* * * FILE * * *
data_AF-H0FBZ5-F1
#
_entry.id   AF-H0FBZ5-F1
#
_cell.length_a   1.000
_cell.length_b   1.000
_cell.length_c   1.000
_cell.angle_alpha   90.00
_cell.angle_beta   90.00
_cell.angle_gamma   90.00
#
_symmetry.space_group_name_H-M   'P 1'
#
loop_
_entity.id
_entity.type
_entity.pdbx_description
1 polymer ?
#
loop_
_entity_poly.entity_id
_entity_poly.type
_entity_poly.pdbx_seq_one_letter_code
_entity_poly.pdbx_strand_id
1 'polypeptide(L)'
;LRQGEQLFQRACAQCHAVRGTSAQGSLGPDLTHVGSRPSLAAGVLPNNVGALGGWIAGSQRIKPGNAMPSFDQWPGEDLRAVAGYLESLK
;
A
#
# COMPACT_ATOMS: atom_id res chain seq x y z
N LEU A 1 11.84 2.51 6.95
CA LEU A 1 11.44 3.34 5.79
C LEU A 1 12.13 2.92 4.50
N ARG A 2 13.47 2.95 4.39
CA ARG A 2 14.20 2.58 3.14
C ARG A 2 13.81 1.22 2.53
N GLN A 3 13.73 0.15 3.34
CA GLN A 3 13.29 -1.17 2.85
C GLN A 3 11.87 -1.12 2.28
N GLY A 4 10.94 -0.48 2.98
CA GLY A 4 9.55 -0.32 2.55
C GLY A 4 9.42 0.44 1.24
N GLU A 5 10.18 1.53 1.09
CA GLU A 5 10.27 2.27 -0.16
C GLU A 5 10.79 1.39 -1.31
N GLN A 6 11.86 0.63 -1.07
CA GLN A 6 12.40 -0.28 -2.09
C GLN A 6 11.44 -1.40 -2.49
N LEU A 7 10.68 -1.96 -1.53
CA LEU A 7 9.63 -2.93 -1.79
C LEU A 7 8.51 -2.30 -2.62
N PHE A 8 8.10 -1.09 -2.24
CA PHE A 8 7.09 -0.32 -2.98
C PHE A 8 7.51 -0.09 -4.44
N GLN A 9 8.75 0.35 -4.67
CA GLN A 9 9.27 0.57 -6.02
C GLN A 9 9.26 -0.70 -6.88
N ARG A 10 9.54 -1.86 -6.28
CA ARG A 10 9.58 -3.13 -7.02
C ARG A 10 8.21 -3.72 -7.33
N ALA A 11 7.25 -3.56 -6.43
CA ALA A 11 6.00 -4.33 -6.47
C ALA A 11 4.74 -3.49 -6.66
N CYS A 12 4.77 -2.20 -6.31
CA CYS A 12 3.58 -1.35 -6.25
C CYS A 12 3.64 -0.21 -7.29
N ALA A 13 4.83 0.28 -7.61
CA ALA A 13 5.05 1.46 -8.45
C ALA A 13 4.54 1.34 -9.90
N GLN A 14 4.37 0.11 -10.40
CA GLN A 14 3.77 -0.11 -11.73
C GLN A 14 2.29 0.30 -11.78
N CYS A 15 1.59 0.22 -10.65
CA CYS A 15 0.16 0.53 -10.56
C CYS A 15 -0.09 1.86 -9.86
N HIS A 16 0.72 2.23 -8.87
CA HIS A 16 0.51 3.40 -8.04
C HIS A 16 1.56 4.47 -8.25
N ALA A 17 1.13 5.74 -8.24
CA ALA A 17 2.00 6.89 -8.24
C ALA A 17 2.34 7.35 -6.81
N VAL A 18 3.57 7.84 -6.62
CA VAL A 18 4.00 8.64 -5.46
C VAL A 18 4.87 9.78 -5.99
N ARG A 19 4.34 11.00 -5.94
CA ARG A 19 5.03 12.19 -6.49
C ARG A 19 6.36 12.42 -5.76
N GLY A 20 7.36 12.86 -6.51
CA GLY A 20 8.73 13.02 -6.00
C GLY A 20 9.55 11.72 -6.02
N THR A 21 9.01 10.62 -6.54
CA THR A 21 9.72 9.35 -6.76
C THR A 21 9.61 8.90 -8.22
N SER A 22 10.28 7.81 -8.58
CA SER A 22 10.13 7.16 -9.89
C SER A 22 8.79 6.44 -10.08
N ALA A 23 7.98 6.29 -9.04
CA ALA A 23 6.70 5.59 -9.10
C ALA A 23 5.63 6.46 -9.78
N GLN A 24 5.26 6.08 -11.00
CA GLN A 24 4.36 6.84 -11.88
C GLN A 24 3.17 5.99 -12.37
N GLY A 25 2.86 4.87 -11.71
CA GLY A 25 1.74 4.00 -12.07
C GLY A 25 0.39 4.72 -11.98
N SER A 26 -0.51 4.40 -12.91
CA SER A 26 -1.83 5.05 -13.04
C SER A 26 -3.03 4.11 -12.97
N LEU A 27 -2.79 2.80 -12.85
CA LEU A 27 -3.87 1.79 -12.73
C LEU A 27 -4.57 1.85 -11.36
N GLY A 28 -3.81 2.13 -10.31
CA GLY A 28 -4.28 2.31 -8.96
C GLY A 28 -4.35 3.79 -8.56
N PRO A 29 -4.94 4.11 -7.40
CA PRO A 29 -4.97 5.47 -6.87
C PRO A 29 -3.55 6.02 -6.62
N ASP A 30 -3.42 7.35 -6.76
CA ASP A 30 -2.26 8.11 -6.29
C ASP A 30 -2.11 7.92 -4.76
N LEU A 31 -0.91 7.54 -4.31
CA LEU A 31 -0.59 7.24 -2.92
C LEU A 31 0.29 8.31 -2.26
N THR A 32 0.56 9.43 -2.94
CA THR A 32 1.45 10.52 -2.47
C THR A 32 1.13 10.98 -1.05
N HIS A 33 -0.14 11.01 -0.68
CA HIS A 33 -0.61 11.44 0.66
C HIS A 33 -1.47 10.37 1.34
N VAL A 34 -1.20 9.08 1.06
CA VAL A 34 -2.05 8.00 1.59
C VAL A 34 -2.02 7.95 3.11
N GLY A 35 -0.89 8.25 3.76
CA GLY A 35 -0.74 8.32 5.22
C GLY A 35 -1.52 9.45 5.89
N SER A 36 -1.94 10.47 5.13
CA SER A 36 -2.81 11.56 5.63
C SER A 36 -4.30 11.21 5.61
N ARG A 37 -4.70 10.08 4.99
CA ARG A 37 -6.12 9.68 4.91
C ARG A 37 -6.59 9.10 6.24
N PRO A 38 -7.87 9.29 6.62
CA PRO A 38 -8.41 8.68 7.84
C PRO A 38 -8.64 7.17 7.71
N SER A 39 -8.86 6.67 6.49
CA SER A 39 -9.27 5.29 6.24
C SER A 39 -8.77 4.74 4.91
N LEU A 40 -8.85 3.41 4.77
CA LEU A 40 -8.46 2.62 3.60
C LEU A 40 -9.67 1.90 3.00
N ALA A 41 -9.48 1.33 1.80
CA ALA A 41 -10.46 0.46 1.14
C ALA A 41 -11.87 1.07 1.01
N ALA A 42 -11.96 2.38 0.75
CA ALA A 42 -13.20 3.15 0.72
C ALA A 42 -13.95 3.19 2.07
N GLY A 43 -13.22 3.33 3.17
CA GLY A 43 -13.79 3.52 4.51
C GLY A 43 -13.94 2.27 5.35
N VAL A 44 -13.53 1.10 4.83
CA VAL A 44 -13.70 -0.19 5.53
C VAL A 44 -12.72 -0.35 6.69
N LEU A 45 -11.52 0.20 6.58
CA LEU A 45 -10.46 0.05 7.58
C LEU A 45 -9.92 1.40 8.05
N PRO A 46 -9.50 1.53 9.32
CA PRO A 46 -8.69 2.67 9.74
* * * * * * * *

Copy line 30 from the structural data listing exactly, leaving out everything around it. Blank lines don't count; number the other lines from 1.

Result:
# COMPACT_ATOMS: atom_id res chain seq x y z